With Emily’s help, Sultana has been accepted by a community college in Iowa, with a commitment by Arizona State University to take her as a transfer student a year later. Emily started a website to raise money for Sultana’s university education.

Sultana reminds us that the greatest untapped resource around the globe isn’t gold or oil, but the female half of the population. Virginia Woolf wrote that if Shakespeare had had an equally talented sister, she never would have been able to flower — and Sultana is Shakespeare’s sister. Yet it’s also clear that internet connections can sometimes be a game changer.

Sultana’s family is wary of her passion for education but surrenders to her determination. “My mom said a lot of mouths will be open, a single girl going to the Christian world,” she said. “But I will die if they stop me.”

Unfortunately, the United States isn’t helping. Last month, the U.S. Embassy in Kabul rejected her application for a student visa. That happens all the time: Brilliant young men and women are accepted by American universities and then denied visas because, under U.S. law, they are seen as immigration risks.

(As a Muslim, Sultana would also be barred by Donald Trump’s proposed ban on Muslims. I asked her what she thought of Trump, and all she would say, with quiet dignity, was: “He thinks all Muslims are bad. It’s painful.”)

Michelle Obama has pushed an impressive campaign called Let Girls Learn, yet her husband’s administration has never seemed as enthusiastic, and America routinely denies visas that would actually let girls learn. The United States spends billions of dollars fighting terrorism by blowing things up; I wish we understood that sometimes the most effective weapon against terrorists isn’t a drone but a girl with a book.

The Taliban understand this: That’s why their fighters shot Malala Yousafzai in the head. If only we were as cleareyed as the Taliban about the power of girls’ education to transform societies.

Sultana now spends her days working on calculus equations, listening to Bon Jovi and doing household chores while listening to the BBC or self-help audiobooks. It also turns out that she is a longtime Times reader and gets my email newsletter. She’s now working her way through more serious reading: Kant’s “Critique of Pure Reason.”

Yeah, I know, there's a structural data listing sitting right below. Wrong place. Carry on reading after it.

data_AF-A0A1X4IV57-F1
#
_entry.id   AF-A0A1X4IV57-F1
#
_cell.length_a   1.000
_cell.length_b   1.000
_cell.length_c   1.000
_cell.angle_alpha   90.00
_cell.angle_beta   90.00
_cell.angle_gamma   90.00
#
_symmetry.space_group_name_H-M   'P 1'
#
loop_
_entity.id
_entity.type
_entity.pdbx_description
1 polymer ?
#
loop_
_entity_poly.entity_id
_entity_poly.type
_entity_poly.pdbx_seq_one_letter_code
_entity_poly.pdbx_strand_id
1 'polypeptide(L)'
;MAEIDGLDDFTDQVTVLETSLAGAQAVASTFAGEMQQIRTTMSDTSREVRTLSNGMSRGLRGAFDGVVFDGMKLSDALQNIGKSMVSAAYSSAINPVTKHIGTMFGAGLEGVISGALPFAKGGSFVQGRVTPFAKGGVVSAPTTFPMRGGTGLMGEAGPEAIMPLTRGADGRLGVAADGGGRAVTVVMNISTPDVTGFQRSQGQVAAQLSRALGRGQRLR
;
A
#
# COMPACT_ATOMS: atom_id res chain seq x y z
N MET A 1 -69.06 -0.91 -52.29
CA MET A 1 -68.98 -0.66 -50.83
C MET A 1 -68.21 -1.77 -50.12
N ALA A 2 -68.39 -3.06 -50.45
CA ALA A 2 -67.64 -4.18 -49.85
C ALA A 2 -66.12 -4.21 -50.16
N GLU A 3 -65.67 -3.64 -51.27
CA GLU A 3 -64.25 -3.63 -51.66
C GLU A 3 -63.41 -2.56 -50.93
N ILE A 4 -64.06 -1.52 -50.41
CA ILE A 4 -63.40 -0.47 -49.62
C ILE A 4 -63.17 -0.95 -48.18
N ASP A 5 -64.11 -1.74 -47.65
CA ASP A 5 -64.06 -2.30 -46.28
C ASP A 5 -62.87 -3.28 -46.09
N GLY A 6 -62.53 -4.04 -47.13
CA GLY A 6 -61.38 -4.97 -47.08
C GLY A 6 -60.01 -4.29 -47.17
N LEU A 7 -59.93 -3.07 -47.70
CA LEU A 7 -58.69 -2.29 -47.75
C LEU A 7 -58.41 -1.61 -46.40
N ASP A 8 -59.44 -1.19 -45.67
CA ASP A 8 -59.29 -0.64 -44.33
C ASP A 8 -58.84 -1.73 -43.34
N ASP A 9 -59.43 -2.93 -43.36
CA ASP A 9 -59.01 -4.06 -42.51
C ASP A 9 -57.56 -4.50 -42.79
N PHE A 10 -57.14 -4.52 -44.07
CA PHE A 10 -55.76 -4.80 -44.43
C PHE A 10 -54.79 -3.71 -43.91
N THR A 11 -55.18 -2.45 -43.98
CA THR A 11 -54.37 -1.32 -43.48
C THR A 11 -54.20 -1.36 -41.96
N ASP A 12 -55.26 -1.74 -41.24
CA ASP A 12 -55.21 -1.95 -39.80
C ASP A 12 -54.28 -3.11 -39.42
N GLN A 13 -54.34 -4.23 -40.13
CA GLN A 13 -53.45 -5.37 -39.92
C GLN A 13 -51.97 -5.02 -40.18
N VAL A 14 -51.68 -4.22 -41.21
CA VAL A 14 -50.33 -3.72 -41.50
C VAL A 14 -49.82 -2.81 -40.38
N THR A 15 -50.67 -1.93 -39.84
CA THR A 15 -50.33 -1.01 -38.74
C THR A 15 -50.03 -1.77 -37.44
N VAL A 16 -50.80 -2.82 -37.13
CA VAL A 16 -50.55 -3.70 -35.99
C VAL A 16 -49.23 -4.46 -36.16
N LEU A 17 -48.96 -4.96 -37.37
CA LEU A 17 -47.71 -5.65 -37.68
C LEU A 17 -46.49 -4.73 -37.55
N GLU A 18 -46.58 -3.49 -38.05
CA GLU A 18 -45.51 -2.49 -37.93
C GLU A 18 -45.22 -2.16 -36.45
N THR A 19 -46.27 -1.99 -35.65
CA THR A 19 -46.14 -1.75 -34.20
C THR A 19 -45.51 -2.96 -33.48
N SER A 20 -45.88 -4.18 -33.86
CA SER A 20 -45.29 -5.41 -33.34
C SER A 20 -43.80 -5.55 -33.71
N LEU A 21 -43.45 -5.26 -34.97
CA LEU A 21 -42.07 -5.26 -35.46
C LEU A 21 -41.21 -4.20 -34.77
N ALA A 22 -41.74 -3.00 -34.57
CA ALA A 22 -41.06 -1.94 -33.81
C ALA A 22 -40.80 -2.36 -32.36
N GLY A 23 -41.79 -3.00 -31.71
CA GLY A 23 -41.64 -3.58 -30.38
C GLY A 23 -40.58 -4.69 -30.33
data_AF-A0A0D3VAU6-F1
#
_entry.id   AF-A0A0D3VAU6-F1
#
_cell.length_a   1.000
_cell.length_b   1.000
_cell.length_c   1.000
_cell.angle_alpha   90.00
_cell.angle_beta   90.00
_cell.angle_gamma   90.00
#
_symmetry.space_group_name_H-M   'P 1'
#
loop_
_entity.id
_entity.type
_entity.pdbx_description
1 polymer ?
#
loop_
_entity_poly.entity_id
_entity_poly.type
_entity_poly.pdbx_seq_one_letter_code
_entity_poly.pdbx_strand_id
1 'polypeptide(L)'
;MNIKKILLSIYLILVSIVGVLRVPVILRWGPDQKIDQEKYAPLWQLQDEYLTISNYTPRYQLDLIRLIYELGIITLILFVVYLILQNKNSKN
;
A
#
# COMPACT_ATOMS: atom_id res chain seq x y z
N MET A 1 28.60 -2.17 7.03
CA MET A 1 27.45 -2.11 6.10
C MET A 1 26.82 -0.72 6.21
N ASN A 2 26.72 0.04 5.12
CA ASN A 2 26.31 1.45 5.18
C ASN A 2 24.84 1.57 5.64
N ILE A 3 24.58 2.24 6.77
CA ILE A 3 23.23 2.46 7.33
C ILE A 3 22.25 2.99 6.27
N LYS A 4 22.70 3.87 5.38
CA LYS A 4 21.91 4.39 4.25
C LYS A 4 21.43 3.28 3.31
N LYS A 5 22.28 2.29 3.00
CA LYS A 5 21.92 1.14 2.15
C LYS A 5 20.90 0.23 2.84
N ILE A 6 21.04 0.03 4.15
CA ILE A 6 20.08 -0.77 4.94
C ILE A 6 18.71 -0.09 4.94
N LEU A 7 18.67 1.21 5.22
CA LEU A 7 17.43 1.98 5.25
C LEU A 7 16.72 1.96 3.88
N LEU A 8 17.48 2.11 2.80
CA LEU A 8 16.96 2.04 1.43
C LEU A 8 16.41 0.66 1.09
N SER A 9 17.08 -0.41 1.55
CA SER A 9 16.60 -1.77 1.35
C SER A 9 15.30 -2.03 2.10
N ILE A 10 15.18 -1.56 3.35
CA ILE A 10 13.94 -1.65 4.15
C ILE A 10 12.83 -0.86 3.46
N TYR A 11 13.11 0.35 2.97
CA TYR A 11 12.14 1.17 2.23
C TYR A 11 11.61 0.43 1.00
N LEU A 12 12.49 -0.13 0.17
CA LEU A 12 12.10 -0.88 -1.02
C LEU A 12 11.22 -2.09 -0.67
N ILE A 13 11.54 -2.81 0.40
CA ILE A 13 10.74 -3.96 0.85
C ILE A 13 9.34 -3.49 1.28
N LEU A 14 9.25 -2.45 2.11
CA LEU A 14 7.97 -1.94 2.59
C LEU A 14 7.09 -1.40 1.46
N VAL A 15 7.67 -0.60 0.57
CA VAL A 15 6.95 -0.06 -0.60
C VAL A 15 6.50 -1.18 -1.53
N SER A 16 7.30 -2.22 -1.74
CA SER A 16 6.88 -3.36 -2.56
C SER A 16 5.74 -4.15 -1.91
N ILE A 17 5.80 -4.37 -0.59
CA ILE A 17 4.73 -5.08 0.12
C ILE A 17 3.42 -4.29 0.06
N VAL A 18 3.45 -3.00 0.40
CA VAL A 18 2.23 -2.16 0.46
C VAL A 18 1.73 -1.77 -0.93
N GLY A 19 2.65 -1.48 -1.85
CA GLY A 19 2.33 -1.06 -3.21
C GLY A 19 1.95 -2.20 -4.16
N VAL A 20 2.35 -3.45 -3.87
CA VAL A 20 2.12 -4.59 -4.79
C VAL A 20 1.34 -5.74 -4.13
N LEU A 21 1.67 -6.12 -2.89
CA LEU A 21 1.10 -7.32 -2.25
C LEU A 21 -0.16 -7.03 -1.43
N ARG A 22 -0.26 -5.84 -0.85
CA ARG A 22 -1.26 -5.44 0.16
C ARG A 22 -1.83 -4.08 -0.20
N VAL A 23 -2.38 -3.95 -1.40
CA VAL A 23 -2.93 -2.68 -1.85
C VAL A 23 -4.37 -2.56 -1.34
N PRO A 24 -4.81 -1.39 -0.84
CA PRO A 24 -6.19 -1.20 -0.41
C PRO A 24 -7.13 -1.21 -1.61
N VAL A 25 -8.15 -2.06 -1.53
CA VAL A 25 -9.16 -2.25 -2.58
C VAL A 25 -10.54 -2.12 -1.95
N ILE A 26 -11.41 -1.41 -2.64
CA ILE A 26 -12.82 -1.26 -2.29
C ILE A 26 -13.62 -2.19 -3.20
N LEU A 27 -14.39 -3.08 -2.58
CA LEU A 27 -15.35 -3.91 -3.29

Sultana has set up another appointment for a visa, for June 13. It won’t be Sultana who is tested but American policy itself. I’ll let you know what happens.

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My Second E-Book Launches Today

EB, Maduranga final

The second book in The Innocence Cycle continues Elena’s courageous journey to find healing for herself and her land. Again, $1.00 from each book sale will go to help victims of human trafficking. From the back cover of the book:

Seventeen-year-old Elena is adjusting to her new life as the adopted daughter of the Lord Protector of the Shalamhar realm and his companion, the Prince of the Elrodanar. For the first time, she has friends, a devoted dog, and the possibility of love. With two fathers, seven personal guards, and a keep full of warriors, she should feel safe—but she doesn’t.

The rogue Guardian who nearly killed Elena still hasn’t been found. In addition, Anakh and the remnant of the ancient Alraphim race have vowed to never stop pursuing her until she is theirs again to use, sell, and destroy. While Anakh makes direct attacks on Elena, a new foe—a race of strange half-human, half-wolf creatures—raids her home village and another Guardian stronghold. Soon reports of missing children and brutal assaults are coming in from every corner of the Shalamhar.

In order to save her new family and protect the rest of the realm, Elena knows she must embrace the shattered parts of herself and learn to use the powers hidden in her complex inner world. The answers she needs most are in the place she least wants to go—behind the third door.

Available on:

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My First Author Interview

Here’s the link to my first interview as a published author. So exciting.

Shattered-by-Shadows-front-cover-Ebook, 19,25

An Interview with Debut Author, J D Abbas.